Steps and Roles
Code reviews consist of the following four steps:
Code reviews are carried out by personnel in four roles: author, moderator, reader, and recorder. Depending on the size of your inspection team and the formality of your inspection process, some people may serve in multiple roles at the same time. However, if you have a large enough team, it is useful to assign each role to a different person so each person can focus on their duties.
- Moderator: The Moderator is the key role in a code review. The moderator is responsible for selecting a team of reviewers, scheduling the code review meeting, conducting the meeting, and working with the author to ensure that necessary corrections are made to the reviewed document.
- Author: The Author wrote the code that is being reviewed. The author is responsible for starting the code review process by finding a Moderator. The role of Author must be separated from that of Moderator, Reader, or Recorder to ensure the objectivity and effectiveness of the code review. However, the Author serves an essential role in answering questions and making clarifications during the review and making corrections after the review.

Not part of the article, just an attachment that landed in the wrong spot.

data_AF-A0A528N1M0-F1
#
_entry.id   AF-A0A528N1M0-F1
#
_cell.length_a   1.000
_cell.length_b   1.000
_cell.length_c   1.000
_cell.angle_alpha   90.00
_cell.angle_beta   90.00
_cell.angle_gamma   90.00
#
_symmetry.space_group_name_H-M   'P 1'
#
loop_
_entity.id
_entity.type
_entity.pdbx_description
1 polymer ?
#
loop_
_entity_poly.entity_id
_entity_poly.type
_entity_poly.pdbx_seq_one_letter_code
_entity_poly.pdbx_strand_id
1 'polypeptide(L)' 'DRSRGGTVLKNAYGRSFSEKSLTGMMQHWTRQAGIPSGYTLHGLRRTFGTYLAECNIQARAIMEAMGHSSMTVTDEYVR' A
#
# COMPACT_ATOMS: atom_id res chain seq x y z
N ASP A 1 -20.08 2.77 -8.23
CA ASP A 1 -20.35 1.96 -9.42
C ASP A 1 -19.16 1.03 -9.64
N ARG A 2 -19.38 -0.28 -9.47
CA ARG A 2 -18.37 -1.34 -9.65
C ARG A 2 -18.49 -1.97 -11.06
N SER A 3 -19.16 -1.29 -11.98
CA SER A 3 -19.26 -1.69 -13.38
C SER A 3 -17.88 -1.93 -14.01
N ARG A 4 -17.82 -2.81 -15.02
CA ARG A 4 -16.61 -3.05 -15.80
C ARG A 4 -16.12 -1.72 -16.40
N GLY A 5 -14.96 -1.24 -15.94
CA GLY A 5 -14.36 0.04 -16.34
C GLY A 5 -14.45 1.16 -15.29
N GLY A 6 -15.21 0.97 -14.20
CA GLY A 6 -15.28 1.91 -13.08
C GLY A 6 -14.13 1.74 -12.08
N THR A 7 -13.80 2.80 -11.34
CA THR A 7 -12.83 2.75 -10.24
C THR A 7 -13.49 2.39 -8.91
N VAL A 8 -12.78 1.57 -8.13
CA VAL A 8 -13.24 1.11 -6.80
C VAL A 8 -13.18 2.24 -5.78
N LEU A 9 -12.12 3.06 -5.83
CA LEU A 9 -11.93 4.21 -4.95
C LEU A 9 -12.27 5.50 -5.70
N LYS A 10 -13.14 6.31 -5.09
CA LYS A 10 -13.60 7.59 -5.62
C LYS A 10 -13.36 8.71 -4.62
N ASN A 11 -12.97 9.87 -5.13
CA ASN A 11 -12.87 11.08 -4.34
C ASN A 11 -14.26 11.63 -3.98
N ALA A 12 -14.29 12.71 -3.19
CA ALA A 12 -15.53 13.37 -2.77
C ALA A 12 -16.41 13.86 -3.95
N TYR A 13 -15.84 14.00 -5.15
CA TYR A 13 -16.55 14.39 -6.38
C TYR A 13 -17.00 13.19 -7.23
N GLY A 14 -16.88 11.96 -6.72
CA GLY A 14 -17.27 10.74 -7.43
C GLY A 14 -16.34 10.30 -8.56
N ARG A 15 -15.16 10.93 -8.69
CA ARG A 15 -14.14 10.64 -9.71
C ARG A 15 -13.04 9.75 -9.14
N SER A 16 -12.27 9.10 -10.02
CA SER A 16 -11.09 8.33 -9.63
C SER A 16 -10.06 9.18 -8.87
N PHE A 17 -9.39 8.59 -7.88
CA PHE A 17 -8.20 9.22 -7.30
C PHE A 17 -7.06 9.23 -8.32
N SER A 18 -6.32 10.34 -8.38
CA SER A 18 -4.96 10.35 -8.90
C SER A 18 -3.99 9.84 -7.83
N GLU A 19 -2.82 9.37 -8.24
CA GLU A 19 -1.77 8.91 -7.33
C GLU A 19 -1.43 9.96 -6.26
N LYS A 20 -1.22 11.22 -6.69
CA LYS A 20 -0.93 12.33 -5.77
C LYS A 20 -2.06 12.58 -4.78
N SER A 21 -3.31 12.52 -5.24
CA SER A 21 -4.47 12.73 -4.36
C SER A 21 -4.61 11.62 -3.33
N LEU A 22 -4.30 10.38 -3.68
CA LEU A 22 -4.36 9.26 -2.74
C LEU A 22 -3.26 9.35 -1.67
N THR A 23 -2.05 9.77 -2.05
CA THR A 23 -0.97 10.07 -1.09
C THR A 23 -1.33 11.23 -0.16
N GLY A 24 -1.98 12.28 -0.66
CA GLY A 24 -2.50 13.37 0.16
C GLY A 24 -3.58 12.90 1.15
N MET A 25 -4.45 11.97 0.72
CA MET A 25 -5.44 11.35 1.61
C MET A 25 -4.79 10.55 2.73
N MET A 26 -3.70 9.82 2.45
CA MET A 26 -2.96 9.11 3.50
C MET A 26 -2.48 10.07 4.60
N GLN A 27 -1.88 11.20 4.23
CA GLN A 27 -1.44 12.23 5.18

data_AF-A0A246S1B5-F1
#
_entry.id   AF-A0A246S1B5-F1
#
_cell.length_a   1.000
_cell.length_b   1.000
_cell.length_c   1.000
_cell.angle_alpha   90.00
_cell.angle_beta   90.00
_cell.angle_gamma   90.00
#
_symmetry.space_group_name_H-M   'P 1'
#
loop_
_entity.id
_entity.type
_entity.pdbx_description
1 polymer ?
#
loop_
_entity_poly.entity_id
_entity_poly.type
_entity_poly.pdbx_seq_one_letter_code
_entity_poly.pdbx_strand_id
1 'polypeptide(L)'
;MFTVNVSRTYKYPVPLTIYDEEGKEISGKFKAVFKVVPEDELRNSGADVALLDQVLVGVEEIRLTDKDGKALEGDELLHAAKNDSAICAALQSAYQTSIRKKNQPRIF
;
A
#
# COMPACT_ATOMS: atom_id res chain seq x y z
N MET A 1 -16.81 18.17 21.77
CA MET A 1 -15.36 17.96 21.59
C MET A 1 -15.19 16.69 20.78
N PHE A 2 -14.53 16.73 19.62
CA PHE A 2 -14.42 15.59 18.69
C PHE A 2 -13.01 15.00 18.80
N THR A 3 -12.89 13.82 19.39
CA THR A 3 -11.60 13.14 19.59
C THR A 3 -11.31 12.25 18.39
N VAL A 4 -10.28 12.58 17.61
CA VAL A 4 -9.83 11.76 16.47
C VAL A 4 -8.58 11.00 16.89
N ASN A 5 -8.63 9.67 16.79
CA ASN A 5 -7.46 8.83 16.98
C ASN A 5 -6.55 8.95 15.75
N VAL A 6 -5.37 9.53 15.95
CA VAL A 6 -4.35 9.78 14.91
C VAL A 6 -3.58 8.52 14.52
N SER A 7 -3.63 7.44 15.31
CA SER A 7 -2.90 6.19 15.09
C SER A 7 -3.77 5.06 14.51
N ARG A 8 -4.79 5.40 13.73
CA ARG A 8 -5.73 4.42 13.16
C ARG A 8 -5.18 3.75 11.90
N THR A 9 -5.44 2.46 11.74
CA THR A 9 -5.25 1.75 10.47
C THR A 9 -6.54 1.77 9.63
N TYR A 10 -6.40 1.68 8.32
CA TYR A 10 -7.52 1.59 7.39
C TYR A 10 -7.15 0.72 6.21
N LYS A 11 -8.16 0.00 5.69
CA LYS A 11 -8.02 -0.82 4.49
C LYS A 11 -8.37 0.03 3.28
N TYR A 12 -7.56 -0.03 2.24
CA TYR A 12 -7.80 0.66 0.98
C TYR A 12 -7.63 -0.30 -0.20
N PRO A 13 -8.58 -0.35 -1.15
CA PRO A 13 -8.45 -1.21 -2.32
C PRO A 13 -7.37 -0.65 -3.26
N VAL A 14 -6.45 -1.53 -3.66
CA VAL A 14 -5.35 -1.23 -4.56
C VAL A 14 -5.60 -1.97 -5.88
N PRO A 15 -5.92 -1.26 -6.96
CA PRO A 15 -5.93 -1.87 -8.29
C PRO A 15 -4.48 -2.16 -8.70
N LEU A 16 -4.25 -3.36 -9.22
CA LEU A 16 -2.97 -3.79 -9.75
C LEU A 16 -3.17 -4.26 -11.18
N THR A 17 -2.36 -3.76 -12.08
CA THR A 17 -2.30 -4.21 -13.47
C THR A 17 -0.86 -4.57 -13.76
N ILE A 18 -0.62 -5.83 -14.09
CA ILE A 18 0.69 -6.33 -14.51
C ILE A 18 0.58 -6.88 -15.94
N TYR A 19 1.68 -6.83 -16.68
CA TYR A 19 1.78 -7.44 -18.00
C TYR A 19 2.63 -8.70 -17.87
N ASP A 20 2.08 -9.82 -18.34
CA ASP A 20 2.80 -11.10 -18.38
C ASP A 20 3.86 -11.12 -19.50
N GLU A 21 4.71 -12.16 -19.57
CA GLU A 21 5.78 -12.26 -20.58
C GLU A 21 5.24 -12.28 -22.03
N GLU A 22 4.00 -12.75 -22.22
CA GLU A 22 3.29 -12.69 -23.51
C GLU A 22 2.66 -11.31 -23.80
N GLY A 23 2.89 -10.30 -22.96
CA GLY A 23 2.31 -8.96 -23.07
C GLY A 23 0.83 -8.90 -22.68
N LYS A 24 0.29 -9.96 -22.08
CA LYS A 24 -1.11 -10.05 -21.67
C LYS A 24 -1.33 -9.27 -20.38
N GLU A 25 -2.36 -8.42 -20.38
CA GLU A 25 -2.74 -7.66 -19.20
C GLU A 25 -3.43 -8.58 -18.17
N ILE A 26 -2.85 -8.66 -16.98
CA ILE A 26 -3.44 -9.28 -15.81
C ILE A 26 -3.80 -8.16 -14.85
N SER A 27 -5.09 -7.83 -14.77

- Reader: The Reader presents the code during the meeting by paraphrasing it in his own words. It's important to separate the role of Reader from Author, because it's too easy for an author to explain what he meant the code to do instead of explaining what it actually does. The reader's interpretation of the code can reveal ambiguities, hidden assumptions, poor documentation and style, and other errors that the Author would not be likely to catch on his own.
- Scribe: The Scribe records all issues raised during the code review. Separating the role of Scribe from the other roles allows the other reviewers to focus their entire attention on the code.